Tuesday, March 15, 2011

Old Bishopsbourne, Milton

Way back in 1862, a large block of land on Milton Rd was donated to the Anglican Church by a certain Emmeline Leslie. The site was earmarked for a See house - a See being the traditional name for the throne of a bishop. Brisbane's first Anglican Bishop was Edward Wyndham Tufnell who had arrived in the town in September 1860. Although Tufnell brought with him some funds and the promise of more, he found that the Anglican church here was in dire need of capital. He returned to England to raise money, and came back to Brisbane with further funds, including £3,000 that he intended to use to construct the bishop's residence on the land reserved for that purpose. The resultant structure was designed by Benjamin Backhouse, and came to be known as Bishopsbourne; it remained the home of successive bishops and archbishops until 1964. I have had a look inside the sandstone and porphyry building, and it is an opulent structure of rich cedar panelling (including some intricate sliding doors, original fittings, that can be completely hidden away); with a fireplace in almost every room. Here is a photograph of Bishopsbourne from 1870, also showing the original timber chapel that had been designed by RG Suter. It is followed by a recent photograph of Bishopsbourne.
(Photo: State Library of Queensland and John Oxley Library; #4325)

(Photo: © 2011 the foto fanatic)

In 1912, it was decided to replace the chapel as it had fallen into disrepair, and Robin Dods was engaged to design a new stone chapel for the site. Photos of both the exterior and interior of the chapel follow. The last photo in the group shows a triptych by William Bustard that is on the chapel wall behind the altar. It was commissioned by Archbishop Wand in memory of his son Paul, who died in an accident in Switzerland. Paul's likeness is used as the face of a shepherd boy in the middle panel.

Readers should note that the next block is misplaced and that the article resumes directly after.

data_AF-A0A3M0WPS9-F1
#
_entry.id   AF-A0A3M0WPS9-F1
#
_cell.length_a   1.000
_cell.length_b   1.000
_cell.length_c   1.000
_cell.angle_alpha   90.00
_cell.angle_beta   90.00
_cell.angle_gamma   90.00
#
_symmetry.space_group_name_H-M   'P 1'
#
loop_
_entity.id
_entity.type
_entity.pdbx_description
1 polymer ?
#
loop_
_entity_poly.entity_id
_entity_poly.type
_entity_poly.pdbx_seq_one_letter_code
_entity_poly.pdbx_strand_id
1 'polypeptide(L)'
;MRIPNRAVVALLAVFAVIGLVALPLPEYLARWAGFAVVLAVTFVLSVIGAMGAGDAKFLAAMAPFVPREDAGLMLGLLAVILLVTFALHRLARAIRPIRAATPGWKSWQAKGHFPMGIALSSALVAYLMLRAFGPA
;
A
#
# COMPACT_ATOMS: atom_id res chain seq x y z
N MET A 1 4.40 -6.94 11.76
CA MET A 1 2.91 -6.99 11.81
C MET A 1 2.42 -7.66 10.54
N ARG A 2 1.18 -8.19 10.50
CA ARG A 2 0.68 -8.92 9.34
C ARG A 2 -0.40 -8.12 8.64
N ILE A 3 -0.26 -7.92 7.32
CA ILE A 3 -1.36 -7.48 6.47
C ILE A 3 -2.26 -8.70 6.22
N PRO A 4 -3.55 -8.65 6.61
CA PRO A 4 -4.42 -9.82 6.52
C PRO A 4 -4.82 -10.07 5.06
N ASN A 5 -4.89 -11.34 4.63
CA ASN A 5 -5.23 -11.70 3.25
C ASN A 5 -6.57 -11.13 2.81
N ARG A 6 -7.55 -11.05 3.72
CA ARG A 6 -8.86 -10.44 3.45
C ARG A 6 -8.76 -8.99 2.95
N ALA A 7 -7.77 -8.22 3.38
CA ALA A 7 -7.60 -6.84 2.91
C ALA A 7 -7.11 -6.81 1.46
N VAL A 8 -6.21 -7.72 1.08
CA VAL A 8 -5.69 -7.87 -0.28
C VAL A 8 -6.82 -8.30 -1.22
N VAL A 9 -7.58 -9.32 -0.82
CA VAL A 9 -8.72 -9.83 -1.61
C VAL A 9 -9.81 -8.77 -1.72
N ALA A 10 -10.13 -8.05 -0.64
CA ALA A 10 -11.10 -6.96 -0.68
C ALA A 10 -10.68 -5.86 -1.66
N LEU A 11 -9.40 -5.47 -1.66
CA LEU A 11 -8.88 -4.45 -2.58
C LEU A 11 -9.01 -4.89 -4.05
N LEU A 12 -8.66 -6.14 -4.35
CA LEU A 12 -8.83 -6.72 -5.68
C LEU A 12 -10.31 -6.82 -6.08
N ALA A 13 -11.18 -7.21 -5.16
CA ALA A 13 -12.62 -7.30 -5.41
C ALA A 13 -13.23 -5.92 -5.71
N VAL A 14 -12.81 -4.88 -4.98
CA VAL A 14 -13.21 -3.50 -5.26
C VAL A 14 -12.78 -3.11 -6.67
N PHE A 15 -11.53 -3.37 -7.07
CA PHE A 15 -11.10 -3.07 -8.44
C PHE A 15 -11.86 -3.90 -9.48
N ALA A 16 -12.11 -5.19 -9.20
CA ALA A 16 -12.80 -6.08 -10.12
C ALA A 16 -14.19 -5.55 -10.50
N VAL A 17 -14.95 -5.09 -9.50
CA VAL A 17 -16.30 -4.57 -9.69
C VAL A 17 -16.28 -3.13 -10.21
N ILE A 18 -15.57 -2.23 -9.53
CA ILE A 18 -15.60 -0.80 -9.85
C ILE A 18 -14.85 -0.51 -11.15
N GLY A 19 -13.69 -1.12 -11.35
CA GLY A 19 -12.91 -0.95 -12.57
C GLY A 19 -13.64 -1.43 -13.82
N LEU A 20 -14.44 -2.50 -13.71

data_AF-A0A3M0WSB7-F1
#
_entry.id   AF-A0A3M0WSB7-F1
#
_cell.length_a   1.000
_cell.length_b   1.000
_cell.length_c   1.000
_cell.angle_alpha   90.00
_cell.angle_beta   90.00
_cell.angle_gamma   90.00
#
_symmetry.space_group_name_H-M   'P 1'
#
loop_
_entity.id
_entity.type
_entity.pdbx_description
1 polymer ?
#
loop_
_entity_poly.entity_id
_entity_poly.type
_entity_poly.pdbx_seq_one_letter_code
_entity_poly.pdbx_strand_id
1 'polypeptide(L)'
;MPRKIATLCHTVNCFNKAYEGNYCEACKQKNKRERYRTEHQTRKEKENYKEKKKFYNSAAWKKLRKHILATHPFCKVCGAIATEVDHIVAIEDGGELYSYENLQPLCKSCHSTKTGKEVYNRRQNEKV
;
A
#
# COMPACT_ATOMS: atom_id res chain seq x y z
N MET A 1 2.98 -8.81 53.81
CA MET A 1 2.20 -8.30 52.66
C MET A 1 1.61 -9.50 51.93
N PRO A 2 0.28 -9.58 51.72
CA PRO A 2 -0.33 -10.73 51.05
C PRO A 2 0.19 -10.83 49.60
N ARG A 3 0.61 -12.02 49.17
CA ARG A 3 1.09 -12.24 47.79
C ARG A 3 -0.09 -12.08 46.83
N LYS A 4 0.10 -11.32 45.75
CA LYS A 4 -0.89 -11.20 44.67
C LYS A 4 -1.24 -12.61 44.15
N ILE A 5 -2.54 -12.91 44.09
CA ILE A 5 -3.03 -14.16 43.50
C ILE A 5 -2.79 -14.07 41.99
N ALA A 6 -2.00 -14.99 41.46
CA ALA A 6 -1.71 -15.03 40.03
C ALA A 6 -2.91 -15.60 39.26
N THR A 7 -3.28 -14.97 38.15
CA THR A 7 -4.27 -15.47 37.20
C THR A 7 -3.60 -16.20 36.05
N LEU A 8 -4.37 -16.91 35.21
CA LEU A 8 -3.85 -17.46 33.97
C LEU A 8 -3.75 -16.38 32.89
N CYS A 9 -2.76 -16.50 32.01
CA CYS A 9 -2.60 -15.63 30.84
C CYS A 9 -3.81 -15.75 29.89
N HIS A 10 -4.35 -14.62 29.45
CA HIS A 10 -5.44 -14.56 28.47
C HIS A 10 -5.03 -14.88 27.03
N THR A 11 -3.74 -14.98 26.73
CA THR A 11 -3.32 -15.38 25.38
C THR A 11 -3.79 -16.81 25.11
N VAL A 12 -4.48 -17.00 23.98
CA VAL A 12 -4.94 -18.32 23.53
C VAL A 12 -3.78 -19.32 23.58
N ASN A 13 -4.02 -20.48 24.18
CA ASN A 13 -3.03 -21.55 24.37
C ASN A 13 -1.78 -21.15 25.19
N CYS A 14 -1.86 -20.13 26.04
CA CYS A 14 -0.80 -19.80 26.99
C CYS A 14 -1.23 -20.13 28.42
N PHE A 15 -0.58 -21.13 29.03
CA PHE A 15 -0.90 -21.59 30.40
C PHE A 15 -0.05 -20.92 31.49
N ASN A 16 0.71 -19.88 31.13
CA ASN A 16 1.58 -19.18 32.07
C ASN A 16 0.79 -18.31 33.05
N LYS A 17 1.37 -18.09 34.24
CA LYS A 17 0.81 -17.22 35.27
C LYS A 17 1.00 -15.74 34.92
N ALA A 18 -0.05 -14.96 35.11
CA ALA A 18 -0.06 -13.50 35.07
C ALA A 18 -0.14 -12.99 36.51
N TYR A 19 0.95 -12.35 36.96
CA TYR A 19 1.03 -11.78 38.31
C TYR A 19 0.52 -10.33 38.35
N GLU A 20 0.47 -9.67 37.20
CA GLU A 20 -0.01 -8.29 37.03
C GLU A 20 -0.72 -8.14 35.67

(Photos: © 2011 the foto fanatic)

In 1936 St Francis' Theological College, the Anglican training facility for clergy, transferred from Nundah to this site at Milton, requiring the construction of accommodation and classrooms. Then, in 1964, Archbishop Strong decided to move to a new residence at Hamilton, Eldernell. That property then became known as Bishopsbourne, and the former Milton bishop's residence became part of the St Francis' Theological College, and was referred to as Old Bishopsbourne. Here are some more old and new views of Old Bishopsbourne.

(Photo: State Library of Queensland and John Oxley Library; #190313)

(Photo: © 2011 the foto fanatic)

(Photo: State Library of Queensland and John Oxley Library; #190316)

(Photo: © 2011 the foto fanatic)

Both Old Bishopsbourne and the chapel are now heritage listed buildings. They are hidden away from sight on busy Milton Rd, right behind the Fourex Brewery as you travel out from the city. I have to thank Stephen Clarke from St Francis' College administration area who gave me a personalised tour of the property, saying that Old Bishopsbourne belongs to Brisbane as much as it belongs to the Anglican Church. Hear, hear.

Click here for a Google Map.



  1. The original timber chapel and the rebuilt stone chapel were really lovely, but I wonder if the bishop and his family needed all that space for their own devotions. Perhaps they were joined by their staff? or some locals?

  2. I assume that they would have frequent visitors too.

  3. Is that what it looks like?! I have always wondered, and it is more beautiful than I had imagined. It's a shame it's so hidden behind the Fourex building.


  4. Wow its a very lovely building. Its a shame tho that they had bricked up two of the arches.

  5. This is great. I have always wondered what it looked like through there. Nearly crashed into the car infront craning my neck one time. It looks like a big block of land. It must be so surreal walking around in there knowing you are right slap bang off the middle of Milton Road.

  6. My Dad studied and lived at St Francis College in the 1950's. I had never seen inside the grounds yet it was a place I have heard so much of and so identify with my father. Thanks for the tour inside. cheers Katherine


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